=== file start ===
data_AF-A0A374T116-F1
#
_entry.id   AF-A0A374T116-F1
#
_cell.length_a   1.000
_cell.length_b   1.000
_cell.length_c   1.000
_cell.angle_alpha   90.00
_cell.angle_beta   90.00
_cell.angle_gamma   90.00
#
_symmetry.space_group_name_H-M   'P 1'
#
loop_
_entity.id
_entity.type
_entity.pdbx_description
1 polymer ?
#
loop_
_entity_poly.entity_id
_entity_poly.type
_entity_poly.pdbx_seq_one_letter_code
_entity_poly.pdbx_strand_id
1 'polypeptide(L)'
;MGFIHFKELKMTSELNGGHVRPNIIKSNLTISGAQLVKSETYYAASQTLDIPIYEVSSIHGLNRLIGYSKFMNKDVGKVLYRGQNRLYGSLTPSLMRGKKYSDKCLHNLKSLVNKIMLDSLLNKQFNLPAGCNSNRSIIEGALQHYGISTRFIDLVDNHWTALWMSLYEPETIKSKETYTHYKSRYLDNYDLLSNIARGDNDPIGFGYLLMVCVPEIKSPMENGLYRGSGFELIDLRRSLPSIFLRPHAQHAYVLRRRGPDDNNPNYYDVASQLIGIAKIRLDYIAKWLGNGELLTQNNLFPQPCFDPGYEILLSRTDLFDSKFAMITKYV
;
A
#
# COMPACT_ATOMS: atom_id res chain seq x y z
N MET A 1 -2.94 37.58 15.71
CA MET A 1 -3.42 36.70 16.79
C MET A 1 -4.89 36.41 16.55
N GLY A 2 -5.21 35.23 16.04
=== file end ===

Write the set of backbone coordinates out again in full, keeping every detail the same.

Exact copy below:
data_AF-A0A374T116-F1
#
_entry.id   AF-A0A374T116-F1
#
_cell.length_a   1.000
_cell.length_b   1.000
_cell.length_c   1.000
_cell.angle_alpha   90.00
_cell.angle_beta   90.00
_cell.angle_gamma   90.00
#
_symmetry.space_group_name_H-M   'P 1'
#
loop_
_entity.id
_entity.type
_entity.pdbx_description
1 polymer ?
#
loop_
_entity_poly.entity_id
_entity_poly.type
_entity_poly.pdbx_seq_one_letter_code
_entity_poly.pdbx_strand_id
1 'polypeptide(L)'
;MGFIHFKELKMTSELNGGHVRPNIIKSNLTISGAQLVKSETYYAASQTLDIPIYEVSSIHGLNRLIGYSKFMNKDVGKVLYRGQNRLYGSLTPSLMRGKKYSDKCLHNLKSLVNKIMLDSLLNKQFNLPAGCNSNRSIIEGALQHYGISTRFIDLVDNHWTALWMSLYEPETIKSKETYTHYKSRYLDNYDLLSNIARGDNDPIGFGYLLMVCVPEIKSPMENGLYRGSGFELIDLRRSLPSIFLRPHAQHAYVLRRRGPDDNNPNYYDVASQLIGIAKIRLDYIAKWLGNGELLTQNNLFPQPCFDPGYEILLSRTDLFDSKFAMITKYV
;
A
#
# COMPACT_ATOMS: atom_id res chain seq x y z
N MET A 1 -2.94 37.58 15.71
CA MET A 1 -3.42 36.70 16.79
C MET A 1 -4.89 36.41 16.55
N GLY A 2 -5.21 35.23 16.04